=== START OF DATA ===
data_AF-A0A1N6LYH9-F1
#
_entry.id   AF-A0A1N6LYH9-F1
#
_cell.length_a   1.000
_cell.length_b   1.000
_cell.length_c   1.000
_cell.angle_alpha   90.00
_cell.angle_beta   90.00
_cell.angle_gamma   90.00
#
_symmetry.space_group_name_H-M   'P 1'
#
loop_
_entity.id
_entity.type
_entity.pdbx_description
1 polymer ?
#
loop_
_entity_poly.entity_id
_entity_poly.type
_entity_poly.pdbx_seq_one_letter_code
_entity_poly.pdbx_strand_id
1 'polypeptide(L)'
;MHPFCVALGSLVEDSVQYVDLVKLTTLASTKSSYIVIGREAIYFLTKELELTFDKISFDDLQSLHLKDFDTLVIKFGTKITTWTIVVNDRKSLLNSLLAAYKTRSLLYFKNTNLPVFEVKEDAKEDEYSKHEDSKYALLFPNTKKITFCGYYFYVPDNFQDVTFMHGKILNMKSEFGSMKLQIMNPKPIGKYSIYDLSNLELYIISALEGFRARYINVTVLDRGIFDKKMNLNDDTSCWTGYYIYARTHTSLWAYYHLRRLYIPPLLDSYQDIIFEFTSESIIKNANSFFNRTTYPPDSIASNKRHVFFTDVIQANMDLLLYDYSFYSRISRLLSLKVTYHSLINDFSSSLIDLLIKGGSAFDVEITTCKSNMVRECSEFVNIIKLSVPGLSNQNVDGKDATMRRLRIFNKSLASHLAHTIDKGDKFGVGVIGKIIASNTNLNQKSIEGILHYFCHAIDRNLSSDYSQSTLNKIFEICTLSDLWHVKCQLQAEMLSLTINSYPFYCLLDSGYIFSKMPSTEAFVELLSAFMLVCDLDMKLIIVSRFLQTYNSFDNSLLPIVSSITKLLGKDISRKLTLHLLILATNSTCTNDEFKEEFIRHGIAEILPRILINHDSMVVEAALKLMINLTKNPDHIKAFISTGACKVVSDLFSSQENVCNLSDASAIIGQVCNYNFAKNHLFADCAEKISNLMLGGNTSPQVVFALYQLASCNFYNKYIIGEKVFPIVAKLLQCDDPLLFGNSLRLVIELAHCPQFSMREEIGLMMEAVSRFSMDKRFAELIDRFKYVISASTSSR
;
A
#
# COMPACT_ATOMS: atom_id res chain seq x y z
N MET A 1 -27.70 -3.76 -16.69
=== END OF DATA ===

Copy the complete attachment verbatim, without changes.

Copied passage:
data_AF-A0A1N6LYH9-F1
#
_entry.id   AF-A0A1N6LYH9-F1
#
_cell.length_a   1.000
_cell.length_b   1.000
_cell.length_c   1.000
_cell.angle_alpha   90.00
_cell.angle_beta   90.00
_cell.angle_gamma   90.00
#
_symmetry.space_group_name_H-M   'P 1'
#
loop_
_entity.id
_entity.type
_entity.pdbx_description
1 polymer ?
#
loop_
_entity_poly.entity_id
_entity_poly.type
_entity_poly.pdbx_seq_one_letter_code
_entity_poly.pdbx_strand_id
1 'polypeptide(L)'
;MHPFCVALGSLVEDSVQYVDLVKLTTLASTKSSYIVIGREAIYFLTKELELTFDKISFDDLQSLHLKDFDTLVIKFGTKITTWTIVVNDRKSLLNSLLAAYKTRSLLYFKNTNLPVFEVKEDAKEDEYSKHEDSKYALLFPNTKKITFCGYYFYVPDNFQDVTFMHGKILNMKSEFGSMKLQIMNPKPIGKYSIYDLSNLELYIISALEGFRARYINVTVLDRGIFDKKMNLNDDTSCWTGYYIYARTHTSLWAYYHLRRLYIPPLLDSYQDIIFEFTSESIIKNANSFFNRTTYPPDSIASNKRHVFFTDVIQANMDLLLYDYSFYSRISRLLSLKVTYHSLINDFSSSLIDLLIKGGSAFDVEITTCKSNMVRECSEFVNIIKLSVPGLSNQNVDGKDATMRRLRIFNKSLASHLAHTIDKGDKFGVGVIGKIIASNTNLNQKSIEGILHYFCHAIDRNLSSDYSQSTLNKIFEICTLSDLWHVKCQLQAEMLSLTINSYPFYCLLDSGYIFSKMPSTEAFVELLSAFMLVCDLDMKLIIVSRFLQTYNSFDNSLLPIVSSITKLLGKDISRKLTLHLLILATNSTCTNDEFKEEFIRHGIAEILPRILINHDSMVVEAALKLMINLTKNPDHIKAFISTGACKVVSDLFSSQENVCNLSDASAIIGQVCNYNFAKNHLFADCAEKISNLMLGGNTSPQVVFALYQLASCNFYNKYIIGEKVFPIVAKLLQCDDPLLFGNSLRLVIELAHCPQFSMREEIGLMMEAVSRFSMDKRFAELIDRFKYVISASTSSR
;
A
#
# COMPACT_ATOMS: atom_id res chain seq x y z
N MET A 1 -27.70 -3.76 -16.69